Monday, January 26, 2009

Photoshop Tips: 6. Reducing the appearance of glare in dark areas with Contrast/Brightness



The best way to avoid having to deal with glare in photo editing is to avoid it when photographing.
Try some of the photo suggestions that appear in the Index posting to eliminate this issue.
(Final edited image above: Parrot Tulips, oil, 24"x24")


Occasionally, though, you'll be in a hurry, photograph without checking, the painting goes out the door, gets sold... and the only record you have is a photo with glare-- as in this sample in the tutorial below. For those instances, here's a method that might help minimize the effect of glare at bit.

The Magic Wand Tool


With the Magic Wand tool, select the areas of glare that are most noticeable. (As in past tutorials, I've included a second 'control' image to the right, to help show the change.) In this case, it's the upper and left background. Select 'contiguous' on the upper toolbar to select only pixels that touch each other (otherwise it will select pixels all over the image). You can adjust the tolerance as needed; 32 is the default, it is set at 20 here. You'll see a dotted line around the area as you select it. To select more area at the same time, hold down your shift key while continuing to click on areas with the Magic Wand.




In the top toolbar, choose Image/Image Adjustment/Brightness-contrast. To darken, move the brightness pointer to the left. In this case I've reduced the brightness by -14. This allows the background to blend in with the dark areas at bottom and left with no noticeable line.


Release the selected area, and you'll have your result. If you get a 'line' or the fix doesn't blend in smoothly, undo (Ctrl+Z), try again, and adjust your increments.



If the glare covers a large portion and is noticeable over areas of light and dark, I would suggest rephotographing as a first step.
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Here's another example of glare correction, and thanks to Sheila for allowing me to experiment on her fine portrait of a Tibetan Monk.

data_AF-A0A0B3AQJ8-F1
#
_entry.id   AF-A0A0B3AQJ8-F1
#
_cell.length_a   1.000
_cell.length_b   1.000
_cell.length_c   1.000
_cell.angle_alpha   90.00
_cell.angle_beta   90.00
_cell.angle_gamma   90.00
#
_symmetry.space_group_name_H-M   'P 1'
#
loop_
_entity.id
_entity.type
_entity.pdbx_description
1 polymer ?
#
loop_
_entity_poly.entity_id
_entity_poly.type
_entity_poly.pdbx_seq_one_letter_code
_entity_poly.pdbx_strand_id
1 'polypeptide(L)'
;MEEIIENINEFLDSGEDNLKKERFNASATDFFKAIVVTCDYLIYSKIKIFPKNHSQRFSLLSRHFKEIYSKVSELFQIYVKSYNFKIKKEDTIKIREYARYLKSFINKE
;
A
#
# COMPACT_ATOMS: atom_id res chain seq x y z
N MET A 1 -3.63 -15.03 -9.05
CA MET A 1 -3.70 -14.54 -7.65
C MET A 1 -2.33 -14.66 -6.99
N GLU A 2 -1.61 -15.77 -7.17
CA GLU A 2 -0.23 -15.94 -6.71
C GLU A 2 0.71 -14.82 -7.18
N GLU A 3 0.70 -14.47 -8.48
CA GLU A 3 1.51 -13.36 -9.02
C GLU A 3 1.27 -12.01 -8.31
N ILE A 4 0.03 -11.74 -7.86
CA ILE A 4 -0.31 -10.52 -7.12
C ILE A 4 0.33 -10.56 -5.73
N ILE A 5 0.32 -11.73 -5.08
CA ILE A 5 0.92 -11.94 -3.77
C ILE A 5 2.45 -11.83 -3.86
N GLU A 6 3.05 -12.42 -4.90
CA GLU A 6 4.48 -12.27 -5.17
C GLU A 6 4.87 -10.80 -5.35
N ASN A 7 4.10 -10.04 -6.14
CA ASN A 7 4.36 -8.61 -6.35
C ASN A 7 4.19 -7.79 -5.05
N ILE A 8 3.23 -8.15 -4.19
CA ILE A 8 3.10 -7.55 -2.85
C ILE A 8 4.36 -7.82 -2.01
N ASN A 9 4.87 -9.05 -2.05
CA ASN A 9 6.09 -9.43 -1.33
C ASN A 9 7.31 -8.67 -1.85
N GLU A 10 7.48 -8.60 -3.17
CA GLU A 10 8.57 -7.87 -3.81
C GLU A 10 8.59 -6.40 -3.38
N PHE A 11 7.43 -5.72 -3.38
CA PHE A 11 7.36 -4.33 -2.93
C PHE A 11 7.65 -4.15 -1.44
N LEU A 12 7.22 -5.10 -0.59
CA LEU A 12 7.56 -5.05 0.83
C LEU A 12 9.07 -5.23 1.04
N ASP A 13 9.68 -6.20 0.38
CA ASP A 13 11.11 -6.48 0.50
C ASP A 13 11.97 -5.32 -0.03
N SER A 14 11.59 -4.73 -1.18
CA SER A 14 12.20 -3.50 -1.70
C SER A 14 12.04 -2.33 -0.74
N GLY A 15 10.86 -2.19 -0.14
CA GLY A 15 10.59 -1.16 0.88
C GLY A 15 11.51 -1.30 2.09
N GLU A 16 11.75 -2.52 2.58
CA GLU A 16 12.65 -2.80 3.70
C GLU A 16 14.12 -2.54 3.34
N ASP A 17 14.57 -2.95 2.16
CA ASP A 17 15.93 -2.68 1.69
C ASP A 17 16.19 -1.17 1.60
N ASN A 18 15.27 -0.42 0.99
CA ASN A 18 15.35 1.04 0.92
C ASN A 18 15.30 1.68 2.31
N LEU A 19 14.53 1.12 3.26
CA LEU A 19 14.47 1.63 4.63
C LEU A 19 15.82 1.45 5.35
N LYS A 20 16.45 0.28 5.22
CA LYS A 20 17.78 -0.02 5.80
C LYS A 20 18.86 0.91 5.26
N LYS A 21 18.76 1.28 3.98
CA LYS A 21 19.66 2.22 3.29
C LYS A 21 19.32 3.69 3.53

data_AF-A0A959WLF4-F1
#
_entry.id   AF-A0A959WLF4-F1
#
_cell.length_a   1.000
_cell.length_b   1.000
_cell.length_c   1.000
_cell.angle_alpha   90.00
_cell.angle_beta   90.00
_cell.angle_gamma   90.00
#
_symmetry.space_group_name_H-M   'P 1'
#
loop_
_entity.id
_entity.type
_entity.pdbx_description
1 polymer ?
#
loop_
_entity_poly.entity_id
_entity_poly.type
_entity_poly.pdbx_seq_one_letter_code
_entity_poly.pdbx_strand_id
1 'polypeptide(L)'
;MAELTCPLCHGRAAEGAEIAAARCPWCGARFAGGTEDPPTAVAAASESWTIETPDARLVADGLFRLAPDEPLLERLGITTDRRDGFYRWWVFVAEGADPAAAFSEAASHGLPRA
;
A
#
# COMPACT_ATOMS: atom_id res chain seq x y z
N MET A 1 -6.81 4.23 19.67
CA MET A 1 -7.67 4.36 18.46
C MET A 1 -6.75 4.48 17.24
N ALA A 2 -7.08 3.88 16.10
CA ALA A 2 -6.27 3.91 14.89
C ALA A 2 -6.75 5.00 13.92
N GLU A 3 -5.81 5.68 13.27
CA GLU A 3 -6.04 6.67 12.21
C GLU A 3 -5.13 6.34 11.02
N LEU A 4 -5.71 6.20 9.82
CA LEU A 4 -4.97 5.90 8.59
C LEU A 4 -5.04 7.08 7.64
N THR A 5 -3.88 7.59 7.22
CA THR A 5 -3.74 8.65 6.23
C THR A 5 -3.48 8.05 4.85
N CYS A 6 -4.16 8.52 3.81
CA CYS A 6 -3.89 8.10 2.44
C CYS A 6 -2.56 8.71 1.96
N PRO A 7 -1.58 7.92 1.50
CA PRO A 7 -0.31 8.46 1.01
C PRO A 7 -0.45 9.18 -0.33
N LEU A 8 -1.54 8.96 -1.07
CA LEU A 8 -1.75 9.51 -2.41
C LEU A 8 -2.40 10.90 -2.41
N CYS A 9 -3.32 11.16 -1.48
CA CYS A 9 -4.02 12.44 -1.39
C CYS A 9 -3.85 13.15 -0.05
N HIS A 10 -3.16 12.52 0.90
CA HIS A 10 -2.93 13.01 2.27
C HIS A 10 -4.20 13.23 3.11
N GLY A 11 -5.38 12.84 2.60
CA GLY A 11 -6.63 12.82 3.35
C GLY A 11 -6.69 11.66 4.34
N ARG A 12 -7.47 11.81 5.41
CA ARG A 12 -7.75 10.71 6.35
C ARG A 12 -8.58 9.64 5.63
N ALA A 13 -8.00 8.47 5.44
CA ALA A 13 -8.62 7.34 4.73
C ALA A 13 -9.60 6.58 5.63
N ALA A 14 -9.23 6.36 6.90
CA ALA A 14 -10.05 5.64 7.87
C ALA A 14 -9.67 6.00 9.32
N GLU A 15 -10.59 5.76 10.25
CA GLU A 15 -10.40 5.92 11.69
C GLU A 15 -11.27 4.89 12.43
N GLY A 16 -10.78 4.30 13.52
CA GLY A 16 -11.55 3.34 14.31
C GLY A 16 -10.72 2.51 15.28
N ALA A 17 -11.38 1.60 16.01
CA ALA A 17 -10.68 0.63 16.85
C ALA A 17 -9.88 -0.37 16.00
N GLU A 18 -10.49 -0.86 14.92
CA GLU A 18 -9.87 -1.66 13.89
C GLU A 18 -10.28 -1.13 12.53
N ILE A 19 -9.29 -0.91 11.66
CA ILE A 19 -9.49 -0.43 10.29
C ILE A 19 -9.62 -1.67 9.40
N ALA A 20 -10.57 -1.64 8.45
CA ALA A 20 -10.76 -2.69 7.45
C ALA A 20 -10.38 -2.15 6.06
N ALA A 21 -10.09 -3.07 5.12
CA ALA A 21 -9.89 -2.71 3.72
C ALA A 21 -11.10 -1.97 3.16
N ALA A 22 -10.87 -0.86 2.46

"Tibetan Monk" by Sheila.

This took a few extra steps, but was well worth it. Here's one more little tip that will help you-- when you use that Magic Wand in image with mixed shades, it's going to miss a lot of the lighter areas in the background. So while holding done your Shift Key, click that a few times, moving around to pick up more pixels, and then if you need to pick up strays, switch to the 'Lasso' tool (while still holding down the Shift key)-- it's right next to the Magic Wand. Move your mouse in a loop around the stray pixels, and then make your adjustment with Levels or the Brightness/contrast.

9 comments:

  1. Thanks for the excellent instruction! Great blog! Have a fun day today, Best Wishes from "Mrs. Slug"

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  2. OMG R. Just what I needed and so true. I have a couple of "glarey" paintings that I have no access to anymore. Kids learn from my mistakes....don't do what I did in settling for glarey photos.

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  3. Oh... I love this image of the tulips. Your talent never cease to amaze me.

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  4. Hi Sheila, Thank you my biggest fan for always coming to see what tidbit I post! I love these tulips, too.

    I did post a short list of suggestions for taking photos that shows up on 1/25, maybe that will be helpful for future photos.

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  5. thank you so much for doing this, and for visiting my blog. I really have to learn photoshop and get with the program with the picture taking. its a great idea, and very helpful to all of us. If I plan on selling my works from DSFDF, I really need the best reproduction of my work. Thanks again for stopping by Connolly Portraits. Your work is incredible!

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  6. Thanks, Beth! Photoshop is really not too hard once you learn a few basic streps. Goo dluck!

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  7. Going to work my way through this post with Photoshop - fantastic tutorial - thanks!

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  8. Thanks Anita! Let me know if there's any more information you would find helpful.

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Thank you for your kind comments! They always make my day.